hookedon6, in this case I suggest you look at the graph represented by the data from my SWR meter, and my analyzer, to see the low point for SWR noted. Also note in the data fields at the top of the graph, where the analyzer data is recorded, that the impedance within a modest range of resonance (or lowest SWR) did not change as you have suggested. For me it is obvious that the frequency did change somewhat dramatically, from about 27.405 down to about 27.105. IMO, this is the reason Colt45 saw a change in SWR for the system.

Again, I would claim that the SWR measured at the feed point of a reactive antenna, if measure before and after, would remain similar, while showing a change at the TX'er end of the feed line WON'T, it will appear to change due to transformation of the feed line.

The only real way to change the SWR for an antenna is to make a physical change to the antenna, tuner, or the environment around it. This is also why I recommend to always, when possible, tune at the feed point and at installed height.

Quote:
Originally Posted by hookedon6 View Post
lets see,.... you added a "choke coil" @ the feed point in an attempt to uncouple the line from the antenna. obviously that isn't effective. there ARE better methods available to uncouple a feedline.
I did add the choke to check to see if it would help to decouple the feed point from the feed line and it did seem to work in lowering the noise, but I admit that perception can be purely subjective in its determination. Otherwise I noted no other positive responses. I did note the change in resonance as noted above, and had I constructed the choke using the existing feed line instead, I doubt I would have seen the change in frequency.

Quote:
Originally Posted by hookedon6 View Post
put the VSWR meter AT the FEEDPOINT (where it belongs) and you will see NO change.
I agree and that is my point in a nutshell.

Quote:
Originally Posted by hookedon6 View Post
let me ask you a question,....... has any radio ever been damaged by a "high" VSWR????

ever?

the answer is no,....... because radios don't "see" VSWR, they are not in any way, shape or form affected by VSWR.

VSWR doesn't actually exist,... it's just a math ratio.

the ONLY thing a radio "sees" is impedance.
IMO, your last statement is a typical straw man argument, to use the words never, no way, shape or form does SWR ever affect the operations or the lack, with your transmitter. What about the cut back circuit that attempts to control the power under a high SWR condition?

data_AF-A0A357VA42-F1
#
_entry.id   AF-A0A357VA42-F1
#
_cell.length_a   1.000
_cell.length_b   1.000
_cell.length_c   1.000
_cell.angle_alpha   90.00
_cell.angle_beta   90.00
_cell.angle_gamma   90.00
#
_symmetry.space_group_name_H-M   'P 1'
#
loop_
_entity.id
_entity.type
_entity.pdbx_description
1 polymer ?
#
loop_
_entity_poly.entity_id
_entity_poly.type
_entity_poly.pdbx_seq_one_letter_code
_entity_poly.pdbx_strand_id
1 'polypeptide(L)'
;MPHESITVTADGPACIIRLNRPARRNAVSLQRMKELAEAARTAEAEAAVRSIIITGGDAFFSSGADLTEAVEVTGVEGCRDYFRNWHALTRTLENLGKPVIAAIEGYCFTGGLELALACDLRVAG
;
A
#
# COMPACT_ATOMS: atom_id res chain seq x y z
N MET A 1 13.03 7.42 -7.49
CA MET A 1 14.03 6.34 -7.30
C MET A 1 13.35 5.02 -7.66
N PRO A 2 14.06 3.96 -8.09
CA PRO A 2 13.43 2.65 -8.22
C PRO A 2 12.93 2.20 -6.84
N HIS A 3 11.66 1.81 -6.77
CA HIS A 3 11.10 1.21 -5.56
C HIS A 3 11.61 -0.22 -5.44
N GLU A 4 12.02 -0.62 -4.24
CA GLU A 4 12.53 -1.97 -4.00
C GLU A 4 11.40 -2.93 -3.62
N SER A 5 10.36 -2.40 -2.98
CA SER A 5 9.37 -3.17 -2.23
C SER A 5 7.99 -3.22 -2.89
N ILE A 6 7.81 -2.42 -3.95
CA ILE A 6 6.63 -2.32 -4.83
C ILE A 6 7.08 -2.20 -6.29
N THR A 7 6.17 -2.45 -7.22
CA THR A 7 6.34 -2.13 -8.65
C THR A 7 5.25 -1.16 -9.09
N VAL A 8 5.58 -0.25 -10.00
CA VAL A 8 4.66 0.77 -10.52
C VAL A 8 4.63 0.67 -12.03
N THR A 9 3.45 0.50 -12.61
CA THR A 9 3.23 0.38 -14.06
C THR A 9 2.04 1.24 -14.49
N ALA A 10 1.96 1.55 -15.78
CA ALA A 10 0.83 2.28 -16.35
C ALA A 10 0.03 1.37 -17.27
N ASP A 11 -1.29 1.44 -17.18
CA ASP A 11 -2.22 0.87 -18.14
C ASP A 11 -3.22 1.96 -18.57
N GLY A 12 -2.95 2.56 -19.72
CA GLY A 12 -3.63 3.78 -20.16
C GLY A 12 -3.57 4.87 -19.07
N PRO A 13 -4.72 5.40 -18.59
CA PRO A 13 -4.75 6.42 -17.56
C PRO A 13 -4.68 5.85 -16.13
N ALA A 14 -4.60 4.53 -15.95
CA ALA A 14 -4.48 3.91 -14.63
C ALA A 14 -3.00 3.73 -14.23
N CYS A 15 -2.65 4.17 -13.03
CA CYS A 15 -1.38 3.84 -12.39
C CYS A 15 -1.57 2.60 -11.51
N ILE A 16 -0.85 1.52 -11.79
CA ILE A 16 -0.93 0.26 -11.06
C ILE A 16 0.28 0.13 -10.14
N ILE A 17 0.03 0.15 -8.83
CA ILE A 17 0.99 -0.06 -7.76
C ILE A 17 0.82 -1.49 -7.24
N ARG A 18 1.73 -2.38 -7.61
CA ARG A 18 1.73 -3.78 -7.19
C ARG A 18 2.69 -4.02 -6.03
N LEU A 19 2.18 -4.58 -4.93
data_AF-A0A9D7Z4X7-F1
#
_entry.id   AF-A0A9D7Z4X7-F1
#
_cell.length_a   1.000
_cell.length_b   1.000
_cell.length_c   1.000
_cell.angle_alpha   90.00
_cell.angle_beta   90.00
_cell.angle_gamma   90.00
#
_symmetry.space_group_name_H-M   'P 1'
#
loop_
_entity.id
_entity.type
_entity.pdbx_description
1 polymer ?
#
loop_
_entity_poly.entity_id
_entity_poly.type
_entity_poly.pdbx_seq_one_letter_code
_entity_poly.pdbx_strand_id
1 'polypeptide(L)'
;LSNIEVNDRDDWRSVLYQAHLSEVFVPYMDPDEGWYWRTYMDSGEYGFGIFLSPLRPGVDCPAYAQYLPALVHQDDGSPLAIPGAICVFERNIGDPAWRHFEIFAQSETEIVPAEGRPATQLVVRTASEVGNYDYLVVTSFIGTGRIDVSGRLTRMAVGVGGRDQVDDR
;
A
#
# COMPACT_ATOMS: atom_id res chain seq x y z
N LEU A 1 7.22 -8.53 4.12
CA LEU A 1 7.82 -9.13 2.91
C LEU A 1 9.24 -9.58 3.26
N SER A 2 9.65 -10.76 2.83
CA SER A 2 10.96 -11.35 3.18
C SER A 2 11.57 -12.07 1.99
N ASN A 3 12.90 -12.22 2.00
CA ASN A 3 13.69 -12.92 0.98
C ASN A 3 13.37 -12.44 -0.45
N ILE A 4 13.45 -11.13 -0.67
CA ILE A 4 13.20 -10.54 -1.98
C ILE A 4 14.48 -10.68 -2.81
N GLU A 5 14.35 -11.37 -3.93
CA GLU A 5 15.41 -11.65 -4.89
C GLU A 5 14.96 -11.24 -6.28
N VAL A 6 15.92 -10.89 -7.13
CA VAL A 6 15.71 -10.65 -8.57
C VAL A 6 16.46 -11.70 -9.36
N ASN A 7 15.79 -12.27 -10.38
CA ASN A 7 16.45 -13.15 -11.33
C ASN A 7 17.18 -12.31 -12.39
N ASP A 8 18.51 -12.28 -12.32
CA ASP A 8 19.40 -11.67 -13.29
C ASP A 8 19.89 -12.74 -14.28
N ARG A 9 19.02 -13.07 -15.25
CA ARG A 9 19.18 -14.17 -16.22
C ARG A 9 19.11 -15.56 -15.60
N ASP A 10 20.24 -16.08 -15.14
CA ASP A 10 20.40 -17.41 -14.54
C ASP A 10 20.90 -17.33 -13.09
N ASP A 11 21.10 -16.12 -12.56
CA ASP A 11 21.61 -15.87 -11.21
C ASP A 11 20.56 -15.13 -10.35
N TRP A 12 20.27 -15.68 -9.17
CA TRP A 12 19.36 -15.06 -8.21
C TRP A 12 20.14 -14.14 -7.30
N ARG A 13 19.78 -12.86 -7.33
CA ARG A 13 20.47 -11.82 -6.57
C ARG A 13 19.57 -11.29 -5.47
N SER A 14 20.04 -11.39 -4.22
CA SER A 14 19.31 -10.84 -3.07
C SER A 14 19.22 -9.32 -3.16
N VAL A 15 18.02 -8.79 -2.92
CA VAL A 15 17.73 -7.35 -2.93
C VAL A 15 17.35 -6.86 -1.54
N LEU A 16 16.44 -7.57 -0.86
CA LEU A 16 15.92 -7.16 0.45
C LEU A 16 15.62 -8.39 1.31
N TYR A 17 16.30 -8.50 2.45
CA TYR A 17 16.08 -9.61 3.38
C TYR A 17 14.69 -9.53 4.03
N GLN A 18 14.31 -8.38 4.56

Quote:
Originally Posted by hookedon6 View Post
you really should brush up on Smith Charts and you will find out that the "VSWR circle" is really an elipse.
I thought you said VSWR did not exists, but now it appears on the Smith Chart? That is interesting. Why don't you do a Smith Chart indicating the addition of more feed line to a vertical 1/4 wave antenna that is matched perfectly and one that is not. That should be easy to do, and interesting to see what it is that you see in doing so. I gave you an example of what I see, so how about it?
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Last edited by Marconi; 04-22-2011 at 10:21 AM.

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  #15  
Old 04-22-2011, 09:19 AM
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Last night I removed amp and swr meter and juast started adding coax insted and each short length raised the swr to with three 3 ft jumpers swr was 3.2 to 1 .This antenna mounted on a heavy steel chrom mirror bolted directly to windshiel steel frame post with 40 foot of steel chassis and framing around coach so I caint understand why it would not have enough ground to work correctly. Would a antenna tuner work to tweak this problem or would performance just suffer while meters look good? Without fancy meters how can an antenna be checked if swr is 1.5 to one across the channel 1 to 40 with 18 foot belton low loss coax? I'm thinking just take it all off cept 13 inch no ground antenna on the roof and cobra 29 naked and only taly 3 miles and forget about it!

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Old 04-22-2011, 09:46 AM
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Quote:
Originally Posted by colt45 View Post
This antenna mounted on a heavy steel chrom mirror bolted directly to windshiel steel frame post with 40 foot of steel chassis and framing around coach so I caint understand why it would not have enough ground to work correctly.
What is the body made of? Is it sheet aluminum or fiberglass?